Update, 1:35 pm: Rishard Matthews hit up his Twitter Wednesday afternoon to backtrack on his original thoughts and feelings on Caitlyn Jenner, saying he was only trying to express his admiration for Noah Galloway and other veterans (for the record, Galloway was never actually considered a runner up for the Arthur Ashe Courage Award):
Just to clear something up. I meant no disrespect to Caitlyn Jenner… I just feel very strongly about the courage showed by Noah Galloway— Rishard Matthews (@_RMatthews) June 3, 2015
and fellow veterans who sacrifice so much to protect our country.— Rishard Matthews (@_RMatthews) June 3, 2015
Original story: When Caitlyn Jenner (formerly known as Bruce Jenner) made her public debut in a series of Annie Leibovitz photos and the cover of Vanity Fair, folks from all walks of life showed support via Twitter with a #CallMeCaitlyn hashtag. Jenner also became the fastest person to get over a million Twitter followers, breaking the previous record held by Barack Obama weeks ago.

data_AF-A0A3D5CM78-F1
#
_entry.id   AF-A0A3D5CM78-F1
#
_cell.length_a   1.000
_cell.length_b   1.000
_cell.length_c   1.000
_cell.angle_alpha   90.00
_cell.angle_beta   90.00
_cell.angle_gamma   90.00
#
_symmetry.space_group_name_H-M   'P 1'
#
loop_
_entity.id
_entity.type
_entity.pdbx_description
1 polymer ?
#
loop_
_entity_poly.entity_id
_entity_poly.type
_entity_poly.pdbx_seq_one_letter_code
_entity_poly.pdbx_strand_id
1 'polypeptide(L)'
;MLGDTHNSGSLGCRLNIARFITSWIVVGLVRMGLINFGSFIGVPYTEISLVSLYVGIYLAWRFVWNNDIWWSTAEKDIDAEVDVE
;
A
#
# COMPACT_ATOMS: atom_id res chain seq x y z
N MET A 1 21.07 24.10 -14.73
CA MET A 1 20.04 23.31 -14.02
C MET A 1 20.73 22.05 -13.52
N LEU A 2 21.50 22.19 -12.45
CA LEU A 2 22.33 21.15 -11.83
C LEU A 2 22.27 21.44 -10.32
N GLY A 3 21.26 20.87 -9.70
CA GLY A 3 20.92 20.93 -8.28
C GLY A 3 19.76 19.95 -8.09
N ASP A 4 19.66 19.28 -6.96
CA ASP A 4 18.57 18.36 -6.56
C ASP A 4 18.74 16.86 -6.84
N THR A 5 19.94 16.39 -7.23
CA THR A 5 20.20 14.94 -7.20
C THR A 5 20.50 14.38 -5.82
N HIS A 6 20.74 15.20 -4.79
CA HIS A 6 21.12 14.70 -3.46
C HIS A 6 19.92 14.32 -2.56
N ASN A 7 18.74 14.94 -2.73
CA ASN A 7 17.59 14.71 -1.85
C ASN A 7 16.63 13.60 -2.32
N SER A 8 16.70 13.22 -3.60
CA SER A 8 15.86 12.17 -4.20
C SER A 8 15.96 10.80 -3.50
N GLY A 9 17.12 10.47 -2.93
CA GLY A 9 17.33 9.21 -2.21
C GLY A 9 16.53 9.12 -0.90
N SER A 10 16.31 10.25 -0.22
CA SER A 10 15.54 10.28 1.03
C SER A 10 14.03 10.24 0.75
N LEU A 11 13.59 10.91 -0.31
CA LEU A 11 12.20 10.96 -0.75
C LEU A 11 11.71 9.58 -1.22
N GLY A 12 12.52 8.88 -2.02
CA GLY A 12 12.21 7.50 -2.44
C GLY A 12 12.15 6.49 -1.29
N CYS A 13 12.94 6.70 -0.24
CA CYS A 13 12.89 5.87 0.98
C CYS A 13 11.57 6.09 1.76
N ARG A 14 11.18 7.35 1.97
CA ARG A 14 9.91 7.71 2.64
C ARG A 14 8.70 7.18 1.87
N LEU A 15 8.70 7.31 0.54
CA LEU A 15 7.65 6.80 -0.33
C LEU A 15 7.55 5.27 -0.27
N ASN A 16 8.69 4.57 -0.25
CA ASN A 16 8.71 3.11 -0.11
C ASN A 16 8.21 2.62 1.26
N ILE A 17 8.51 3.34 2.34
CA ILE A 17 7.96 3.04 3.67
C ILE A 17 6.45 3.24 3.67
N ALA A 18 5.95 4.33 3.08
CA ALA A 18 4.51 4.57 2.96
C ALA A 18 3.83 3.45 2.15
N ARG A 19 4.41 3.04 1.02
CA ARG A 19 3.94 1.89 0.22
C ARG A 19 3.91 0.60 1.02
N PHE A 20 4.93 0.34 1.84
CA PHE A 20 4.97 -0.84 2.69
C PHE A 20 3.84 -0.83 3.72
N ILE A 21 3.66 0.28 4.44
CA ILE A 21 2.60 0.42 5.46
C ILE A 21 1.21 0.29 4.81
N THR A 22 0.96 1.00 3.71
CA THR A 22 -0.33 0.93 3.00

But not everyone is excited over all this attention Jenner has been getting. And one of those people includes Miami Dolphins wide receiver Rishard Matthews.
Late Tuesday, Matthews took to his Twitter to deride ESPN's decision to award Jenner with its Arthur Ashe Courage Award at the 2015 ESPYS in July. In the guise of thinking the award should go to, say, a veteran, Matthews rhetorically asked if there was someone else more deserving of the award, saying it "pisses me off" that the ESPY would go to Jenner.
Finally, Matthews backtracked a tad, saying that he wasn't arguing Jenner wasn't courageous but doubling down in saying, in all caps, that there must be someone out there more deserving.
While it's noble for Matthews to bring attention to someone like Galloway and correctly point out that the Iraq veteran is a hero, the real issue here might be in the way that message was presented. When saying that it "pisses" him off and that the choice of Jenner getting the award is somehow an indictment of the "world we're living in," it's not a good look.
And this isn't the first time a Miami Dolphin has tweeted out disparaging comments about the LGBT community. Last year, safety Don Jones tweeted out disapproval over Michael Sam — the NFL's first openly gay player — being shown on ESPN kissing his boyfriend as they celebrated his being drafted. The Dolphins quickly suspended Jones from football activities and expressed their regret over his tweet about a gay man.
No word yet on if Matthews will be getting any kind of punishment or a talking to over his tweets about a transgender.